Best Last-Minute Outdoor Gifts – 2023

 by Andy Dappen

The author out testing.

Is the clock still ticking on getting an outdoorsy family member or friend a Christmas present that will be highly valued?  If so, we can help with these last-minute suggestions that will accommodate outdoor enthusiasts regardless of your budget. These suggestions are not just last-minute possibilities to consider, they’re also all very good products. We’ve tested them all and they impressed us.

Seeing the light. For starters, it’s the time of year when a good headlamp will greatly extends one’s outdoor activities. Whether the desire is to hike in the dark hours before work, train after work on a run, ski up Mission Ridge during the dark hours when the resort allows uphill travel, or take a Saturday ski tour that might run late, a good headlamp is one of the more valuable tools of winter.

From left to right: OLight i3E EOS, Petzl IKO Core, coffee (to wake up or stay awake), NiteCore NU25 UL.

Two of our favorite LED lights over the past few years have been the Petzl IKO Core ($100) and the Petzl IKO ($75). These lights can both run on AAA batteries (alkaline or rechargeable metal-hydrides) and are identical except the more expensive ‘Core’ comes with a rechargeable (but removable) lithium-ion battery pack that gives longer energy output in cold temperatures and produces a brighter beam on its maximum power setting (500 lumens vs 350 lumens).  The real magic of both these lightweight headlamps (3 oz. with batteries) is the AirFit headband which so quickly adjusts to different head sizes yet is absolutely stable once the band is cinched tight. Meanwhile the swiveling head of both lights will not thump against the forehead while moving erratically yet places the beam exactly where it’s wanted when hiking, trail running, climbing, skiing, or mountain biking. We also love that the light can be locked to prevent accidental ignitions when the headlamp is out of use.  We found the main drawback of the IKO is that the same head band that makes the light such a pleasure to use is also bulky compared to other lights of similar weight. That bulk is immaterial for evening adventures or day trips that might run into darkness, but for multi-day trips compactness matters to some. The cost of these lights is also steep and might cause heart burn for some.

If either of the drawbacks of the IKO (bulk or cost) is a deal breaker, consider NiteCore’s NU25 UL ($37). This light came to our attention through local backcountry skiers Mike Rolfs and Jamie Tackman, who are both converts and who helped us see the light as well. This ultralight beauty (1.6 ounces, which includes a non-removable lithium-ion battery) is outfitted with a shock-cord headband and is a tiny package – a valuable quality whether you’re tucking the light in a pocket before heading out on a run or packing it in a ditty bag with your Ten Essentials. When needed, however, the light produces plenty of illumination (400 lumens) for most any outdoor activity or a fainter glow (down to 6 lumens) for camp chores. Other benefits:  lots of different spot light or flood light configurations for varying activities, red light mode for reading maps at night without bleaching one’s retina, and a lockout to prevent accidental ignition when the light is in the pocket or pack.  The main drawback of this light is the non-removable lithium-ion battery. The light has respectable burn times (2.66 hours at max output, 45 hours at the lowest output), but once the battery is depleted users are toast. Unlike the aforementioned Petzl IKOs, fresh batteries cannot be plugged in.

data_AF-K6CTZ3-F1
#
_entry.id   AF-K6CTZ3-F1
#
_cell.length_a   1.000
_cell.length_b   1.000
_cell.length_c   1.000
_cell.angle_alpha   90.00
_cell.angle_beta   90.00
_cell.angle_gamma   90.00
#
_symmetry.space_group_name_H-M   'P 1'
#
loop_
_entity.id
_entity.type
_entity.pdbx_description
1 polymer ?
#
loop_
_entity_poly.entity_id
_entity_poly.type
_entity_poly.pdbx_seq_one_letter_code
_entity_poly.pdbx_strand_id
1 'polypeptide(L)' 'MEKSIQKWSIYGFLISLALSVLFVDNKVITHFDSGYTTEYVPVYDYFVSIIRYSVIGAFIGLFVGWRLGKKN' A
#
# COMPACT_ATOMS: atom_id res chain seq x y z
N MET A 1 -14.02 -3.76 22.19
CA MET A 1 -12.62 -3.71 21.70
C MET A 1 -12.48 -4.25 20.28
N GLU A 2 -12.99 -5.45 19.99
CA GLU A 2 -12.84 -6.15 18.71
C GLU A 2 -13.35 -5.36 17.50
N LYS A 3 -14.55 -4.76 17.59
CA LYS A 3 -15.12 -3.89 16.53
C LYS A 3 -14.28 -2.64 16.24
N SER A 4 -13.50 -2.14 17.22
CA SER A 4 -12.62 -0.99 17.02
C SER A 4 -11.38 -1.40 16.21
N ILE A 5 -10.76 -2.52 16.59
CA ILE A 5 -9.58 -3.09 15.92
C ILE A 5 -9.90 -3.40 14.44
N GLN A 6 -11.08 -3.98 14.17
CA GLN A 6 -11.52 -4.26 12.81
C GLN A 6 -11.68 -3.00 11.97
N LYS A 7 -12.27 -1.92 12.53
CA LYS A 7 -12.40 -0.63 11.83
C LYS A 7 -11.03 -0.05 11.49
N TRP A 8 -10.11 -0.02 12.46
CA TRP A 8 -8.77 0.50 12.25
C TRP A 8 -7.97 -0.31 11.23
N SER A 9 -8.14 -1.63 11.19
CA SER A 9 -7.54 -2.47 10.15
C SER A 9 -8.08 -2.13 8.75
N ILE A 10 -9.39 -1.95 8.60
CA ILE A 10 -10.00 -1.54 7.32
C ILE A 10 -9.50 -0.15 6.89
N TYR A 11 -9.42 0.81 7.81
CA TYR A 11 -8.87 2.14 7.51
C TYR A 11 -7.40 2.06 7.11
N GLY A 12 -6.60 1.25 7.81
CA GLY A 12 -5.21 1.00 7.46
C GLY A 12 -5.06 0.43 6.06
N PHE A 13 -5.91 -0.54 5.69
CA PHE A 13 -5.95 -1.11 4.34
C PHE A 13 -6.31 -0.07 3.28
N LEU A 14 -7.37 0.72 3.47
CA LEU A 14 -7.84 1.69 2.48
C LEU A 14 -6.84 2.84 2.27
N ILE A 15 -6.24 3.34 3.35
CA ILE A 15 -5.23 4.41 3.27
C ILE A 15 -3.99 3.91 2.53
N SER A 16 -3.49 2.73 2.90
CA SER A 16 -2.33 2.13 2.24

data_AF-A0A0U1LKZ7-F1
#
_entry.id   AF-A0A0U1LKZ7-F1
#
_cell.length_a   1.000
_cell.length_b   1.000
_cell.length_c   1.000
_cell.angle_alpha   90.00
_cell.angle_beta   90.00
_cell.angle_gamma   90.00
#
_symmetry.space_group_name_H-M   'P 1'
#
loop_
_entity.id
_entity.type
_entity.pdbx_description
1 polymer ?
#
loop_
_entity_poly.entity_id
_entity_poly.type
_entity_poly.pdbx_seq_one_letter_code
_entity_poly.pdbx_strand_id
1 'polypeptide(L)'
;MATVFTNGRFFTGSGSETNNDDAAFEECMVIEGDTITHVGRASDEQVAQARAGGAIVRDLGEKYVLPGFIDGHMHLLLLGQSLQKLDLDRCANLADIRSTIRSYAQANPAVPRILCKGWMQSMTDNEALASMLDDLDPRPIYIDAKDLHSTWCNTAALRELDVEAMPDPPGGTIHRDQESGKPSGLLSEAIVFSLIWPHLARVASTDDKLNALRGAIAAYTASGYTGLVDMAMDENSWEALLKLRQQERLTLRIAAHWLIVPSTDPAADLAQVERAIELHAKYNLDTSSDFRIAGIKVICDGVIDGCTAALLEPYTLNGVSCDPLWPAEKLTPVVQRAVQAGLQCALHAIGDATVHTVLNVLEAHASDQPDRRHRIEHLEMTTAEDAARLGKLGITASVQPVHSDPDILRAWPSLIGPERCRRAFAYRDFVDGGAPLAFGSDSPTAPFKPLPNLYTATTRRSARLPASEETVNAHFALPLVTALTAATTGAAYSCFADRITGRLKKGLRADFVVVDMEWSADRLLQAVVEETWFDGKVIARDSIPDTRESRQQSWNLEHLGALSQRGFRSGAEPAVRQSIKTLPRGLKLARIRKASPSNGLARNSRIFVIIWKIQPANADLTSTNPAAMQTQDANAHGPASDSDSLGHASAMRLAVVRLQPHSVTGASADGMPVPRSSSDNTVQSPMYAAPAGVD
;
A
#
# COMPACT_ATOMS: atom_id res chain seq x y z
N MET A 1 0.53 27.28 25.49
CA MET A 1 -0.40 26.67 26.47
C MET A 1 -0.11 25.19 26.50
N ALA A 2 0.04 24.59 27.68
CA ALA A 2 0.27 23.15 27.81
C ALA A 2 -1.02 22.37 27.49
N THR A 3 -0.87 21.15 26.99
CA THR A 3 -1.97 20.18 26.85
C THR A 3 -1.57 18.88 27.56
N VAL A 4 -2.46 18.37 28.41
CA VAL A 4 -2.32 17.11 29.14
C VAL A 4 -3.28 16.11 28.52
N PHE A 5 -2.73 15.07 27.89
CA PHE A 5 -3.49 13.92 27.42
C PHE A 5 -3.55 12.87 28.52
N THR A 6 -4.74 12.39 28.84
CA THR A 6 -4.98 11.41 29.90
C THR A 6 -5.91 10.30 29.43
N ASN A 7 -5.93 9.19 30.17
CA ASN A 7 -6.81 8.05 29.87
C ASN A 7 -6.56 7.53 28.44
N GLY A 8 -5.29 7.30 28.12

Of course a lesson that anyone who frequently adventures through the dark hours will eventually learn the hard way is that it’s foolish to trust one’s night vision entirely to a single light. Because batteries die, bulbs burst, and circuitry fails, people should always carry at least one spare and maybe even two spare lights on night trips.  Our favorite spare light is the OLight’s i3E EOS, ($10), a tiny, aluminum, nearly weightless (0.6 oz. with battery) wizard using one AAA battery and producing a very respectable 90 lumens of light. With a makeshift headband made of 2mm shock cord that can be taped to the barrel, this is a tiny but functional backup light should the main torch blink out. One off these lights with 4 fresh AAA batteries buys a person good insurance against the evils of Murphy’s Law at the cost of 2 ounces.

Staying in touch. The Rocky Talkie ($110 each or $220/pair) is a play on words for a walkie talkie designed and made by a Colorado-based company (Rocky Mountains, ha ha) that is extensively used by rock climbers. But these 2-way radios benefit more than climbers. Groups of hikers, skiers, canoeists, mountain bikers also have the annoying habit of splintering and spreading out, so having a few reliable walkie talkies in a group (at the head and tail of the group) often pays huge dividends in preventing miscommunications that waste time, create confusion and angst, or endanger people.  Other simple two-way radios made by Motorola or Midland primarily use a half-watt output that doesn’t stack up to the range and clarity of the Rocky Talkie’s 2-watt output. The cheaper units also fail to stack up in battery life, or ruggedness.  The Rocky Talkie has the strongest possible output (2 watts) before a ham-radio operator’s license is required. More powerful units are also bigger and heavier and have a sizable learning curve to master. This leaves the Rocky Talky in a sweet spot delivering decent range, great battery life (even in cold temperatures) and excellent ease of use. The units are also amazingly rugged – we’ve watched reviews like this one where testers chuck the units off cliffs or drive over them with cars. Most of the units still work after such abuse.

For a different level of communication — specifically for communicating with people back home or activating a rescue in an emergency  — we’ve previously evaluated and extolled the virtues of the original Garmin InReach Explorer, a satellite communicator that can keep adventurers in touch with the world even when there is no cell service.  The original unit we evaluated has been downsized with the advent of the Garmin inReach Mini 2 ($400 MSRP). The Mini 2 performs the same way (communicating through an affordable subscription service using the Iridium satellite network) and has all the same functionality as the original Explorer but is nearly half the size and weight. This makes it a no-brainer to make the Mini 2 a permanent fixture of one’s pack … just in case the ‘fit hits the shan’. Some adventurers object to the intrusion of connecting so easily to the outside world, but it’s been our experience that, when families back home know their loved one can communicate or activate a rescue, there is much more peace of mind and domestic harmony. Such metrics are priceless.